using video in the classroom

FCC Fails to Expand More Video Described Networks

FCC Fails to Expand More Video Described Networks

The National Cable and Telecommunications Act (NCTA) has come in between FCC’s proposal to increase the number of networks mandated to provide video description programming.

Back in March of this year, the FCC attempted to expand its video-described programming rules to include the top ten cable networks in their latest endeavor to implement updates on the 21st Century CVAA.

Currently, the requirements only apply to the top four broadcast stations ABC, CBS, FOX, and NBC as well as the top five non-broadcast networks. Had the policy change been approved, the requirements would extend to the top five broadcast stations and top ten non-broadcast nets.

The proposition is a Notice of Proposed Rule-making and the Commission’s latest effort in creating and promoting universal communications access. Video description is an audio narration of a television program’s major visual elements that is inserted into the natural pauses in dialogue, and it serves as a way of improving television programming accessibility for individuals that are blind or suffer from visual impairment.

Specifically, the NPRM conditions include:FCC Fails to Expand More Video Described Networks

  • Increasing the amount of video described programming on each already included network from 50 hours per calendar quarter to 87.5 hours, marking a 75% increase.
  • Growing the number of networks subjected to these rules.
  • Adoption of the “no backslide” rule, in which networks will still have to follow requirements even if they should ever fall out of the top five and top ten ranking.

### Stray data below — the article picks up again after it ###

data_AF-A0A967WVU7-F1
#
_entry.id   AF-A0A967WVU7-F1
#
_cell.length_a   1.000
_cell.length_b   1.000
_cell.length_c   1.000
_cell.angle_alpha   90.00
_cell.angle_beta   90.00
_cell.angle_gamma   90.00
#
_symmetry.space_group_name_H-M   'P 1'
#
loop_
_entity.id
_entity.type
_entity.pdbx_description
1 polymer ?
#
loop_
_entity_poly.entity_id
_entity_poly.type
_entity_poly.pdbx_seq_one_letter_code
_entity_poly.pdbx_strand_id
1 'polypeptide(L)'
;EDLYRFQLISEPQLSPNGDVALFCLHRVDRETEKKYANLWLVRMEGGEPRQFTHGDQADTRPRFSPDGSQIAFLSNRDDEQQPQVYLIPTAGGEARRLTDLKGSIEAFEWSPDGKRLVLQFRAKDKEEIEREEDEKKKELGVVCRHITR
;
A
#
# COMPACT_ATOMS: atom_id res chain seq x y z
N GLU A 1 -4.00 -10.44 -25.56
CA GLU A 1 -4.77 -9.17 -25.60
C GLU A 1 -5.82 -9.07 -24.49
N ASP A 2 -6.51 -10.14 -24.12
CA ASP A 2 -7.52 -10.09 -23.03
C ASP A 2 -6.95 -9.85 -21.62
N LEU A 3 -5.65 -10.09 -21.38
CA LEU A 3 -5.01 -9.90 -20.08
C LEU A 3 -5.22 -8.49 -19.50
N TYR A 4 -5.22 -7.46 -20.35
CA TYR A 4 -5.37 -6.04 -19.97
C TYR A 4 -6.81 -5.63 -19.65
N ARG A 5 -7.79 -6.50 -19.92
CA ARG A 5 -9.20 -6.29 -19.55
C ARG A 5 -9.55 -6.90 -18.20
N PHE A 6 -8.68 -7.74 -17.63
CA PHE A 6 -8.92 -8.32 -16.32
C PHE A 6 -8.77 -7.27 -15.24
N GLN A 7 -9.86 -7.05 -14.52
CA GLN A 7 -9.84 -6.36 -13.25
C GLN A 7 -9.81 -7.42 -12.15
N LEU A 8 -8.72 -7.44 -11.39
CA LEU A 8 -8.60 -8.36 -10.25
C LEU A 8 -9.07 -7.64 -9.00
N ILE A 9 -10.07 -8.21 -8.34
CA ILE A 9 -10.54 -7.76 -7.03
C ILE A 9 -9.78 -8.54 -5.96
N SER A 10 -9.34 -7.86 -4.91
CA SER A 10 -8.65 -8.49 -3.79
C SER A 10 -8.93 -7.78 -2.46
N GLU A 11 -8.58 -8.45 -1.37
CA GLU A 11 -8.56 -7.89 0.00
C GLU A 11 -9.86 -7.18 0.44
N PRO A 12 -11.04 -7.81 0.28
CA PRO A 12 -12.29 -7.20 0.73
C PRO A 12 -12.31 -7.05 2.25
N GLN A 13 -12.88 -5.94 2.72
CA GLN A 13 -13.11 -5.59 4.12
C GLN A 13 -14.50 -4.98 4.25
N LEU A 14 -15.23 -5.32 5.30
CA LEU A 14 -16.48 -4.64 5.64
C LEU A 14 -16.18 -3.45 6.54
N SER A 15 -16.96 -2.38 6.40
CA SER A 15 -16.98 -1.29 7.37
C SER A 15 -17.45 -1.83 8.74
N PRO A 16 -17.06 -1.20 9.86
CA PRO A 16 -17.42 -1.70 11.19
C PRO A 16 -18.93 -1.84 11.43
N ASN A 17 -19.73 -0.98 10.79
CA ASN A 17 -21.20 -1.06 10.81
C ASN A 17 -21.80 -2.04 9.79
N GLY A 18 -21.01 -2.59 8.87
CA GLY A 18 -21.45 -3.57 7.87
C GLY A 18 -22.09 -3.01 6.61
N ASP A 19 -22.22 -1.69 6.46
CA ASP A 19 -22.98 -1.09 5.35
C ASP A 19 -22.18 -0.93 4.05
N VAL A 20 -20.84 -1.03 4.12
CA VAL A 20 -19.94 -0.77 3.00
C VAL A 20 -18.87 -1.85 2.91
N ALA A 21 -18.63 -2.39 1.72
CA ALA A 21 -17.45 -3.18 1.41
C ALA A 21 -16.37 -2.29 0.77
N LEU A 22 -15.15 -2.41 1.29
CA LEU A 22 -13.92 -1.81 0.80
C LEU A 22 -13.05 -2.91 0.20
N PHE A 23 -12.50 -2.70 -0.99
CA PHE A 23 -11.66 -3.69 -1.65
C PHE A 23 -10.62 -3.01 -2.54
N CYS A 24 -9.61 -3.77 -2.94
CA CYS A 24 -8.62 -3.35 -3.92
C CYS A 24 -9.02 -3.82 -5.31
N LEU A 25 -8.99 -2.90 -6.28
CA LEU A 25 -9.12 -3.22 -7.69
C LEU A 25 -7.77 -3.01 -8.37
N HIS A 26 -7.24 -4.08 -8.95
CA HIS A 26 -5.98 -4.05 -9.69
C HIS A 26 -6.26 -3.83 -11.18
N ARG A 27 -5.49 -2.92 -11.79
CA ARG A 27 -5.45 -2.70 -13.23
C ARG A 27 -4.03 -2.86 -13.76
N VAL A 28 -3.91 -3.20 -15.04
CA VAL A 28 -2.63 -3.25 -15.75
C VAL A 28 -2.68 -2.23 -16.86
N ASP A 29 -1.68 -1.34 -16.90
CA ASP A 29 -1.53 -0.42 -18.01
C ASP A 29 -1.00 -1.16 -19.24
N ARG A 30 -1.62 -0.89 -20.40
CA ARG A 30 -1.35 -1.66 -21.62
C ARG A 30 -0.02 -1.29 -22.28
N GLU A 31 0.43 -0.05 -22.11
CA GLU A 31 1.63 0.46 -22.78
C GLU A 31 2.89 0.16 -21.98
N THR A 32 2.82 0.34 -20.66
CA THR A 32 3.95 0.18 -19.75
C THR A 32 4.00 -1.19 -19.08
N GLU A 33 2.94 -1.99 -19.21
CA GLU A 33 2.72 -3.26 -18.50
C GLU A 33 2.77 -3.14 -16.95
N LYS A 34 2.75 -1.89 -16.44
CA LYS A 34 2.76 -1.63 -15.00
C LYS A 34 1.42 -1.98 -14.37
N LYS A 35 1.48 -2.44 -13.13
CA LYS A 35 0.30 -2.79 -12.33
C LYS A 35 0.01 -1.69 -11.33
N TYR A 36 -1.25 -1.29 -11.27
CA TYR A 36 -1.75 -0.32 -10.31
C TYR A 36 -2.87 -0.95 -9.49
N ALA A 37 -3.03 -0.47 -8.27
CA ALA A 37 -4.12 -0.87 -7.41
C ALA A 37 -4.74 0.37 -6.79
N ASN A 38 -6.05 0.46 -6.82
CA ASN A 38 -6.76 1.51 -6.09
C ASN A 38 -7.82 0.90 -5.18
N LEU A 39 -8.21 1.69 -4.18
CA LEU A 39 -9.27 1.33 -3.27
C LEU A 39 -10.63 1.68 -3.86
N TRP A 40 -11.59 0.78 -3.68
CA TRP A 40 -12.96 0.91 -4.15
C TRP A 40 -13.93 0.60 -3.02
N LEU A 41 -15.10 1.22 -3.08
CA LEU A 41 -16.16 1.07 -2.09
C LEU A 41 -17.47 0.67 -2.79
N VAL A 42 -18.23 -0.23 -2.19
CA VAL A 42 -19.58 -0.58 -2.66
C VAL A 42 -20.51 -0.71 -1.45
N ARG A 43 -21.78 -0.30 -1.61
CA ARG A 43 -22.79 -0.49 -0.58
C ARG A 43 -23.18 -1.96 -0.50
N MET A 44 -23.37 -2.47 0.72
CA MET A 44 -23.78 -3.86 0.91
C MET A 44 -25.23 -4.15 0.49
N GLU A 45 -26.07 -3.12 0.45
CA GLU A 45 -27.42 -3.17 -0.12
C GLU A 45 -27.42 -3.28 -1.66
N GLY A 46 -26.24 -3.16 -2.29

• Removing the threshold criteria that non-broadcast must reach a minimum of 50% paid TV households in order to be included in the video description rules.
  • Requiring each broadcast station to provide experienced and knowledgeable customer service workers who can assist customers on any video description related issues.

The NCTA believes the Commission has overstepped its bounds, saying,

Contrary to the assumptions embodied in the Notice, the Commission’s ‘continuing authority’ to adopt additional video description requirements of any kind is carefully constrained and specifically delimited.

Furthermore, the group has criticized the “no backsliding rule” as unreasonable. “Requiring a network that has slipped out of the top five (or ten) to continue to shoulder the same financial costs of creating new video-described programming as its more highly-rated and financially successful peers would be unfair.”

Only time will tell what will happen next.


Nicole E. Flynn, CMO at cielo24, is deeply interested in exploring and communicating the ways in which Artificial Intelligence (AI) intersects with various aspects of our daily lives. She is passionate about exploring the ways in which AI can be ethically harnessed to improve the quality of life and make our world a better place. Nicole seeks to educate and inform audiences about the potential of AI technology and how it can be used to drive innovation and growth.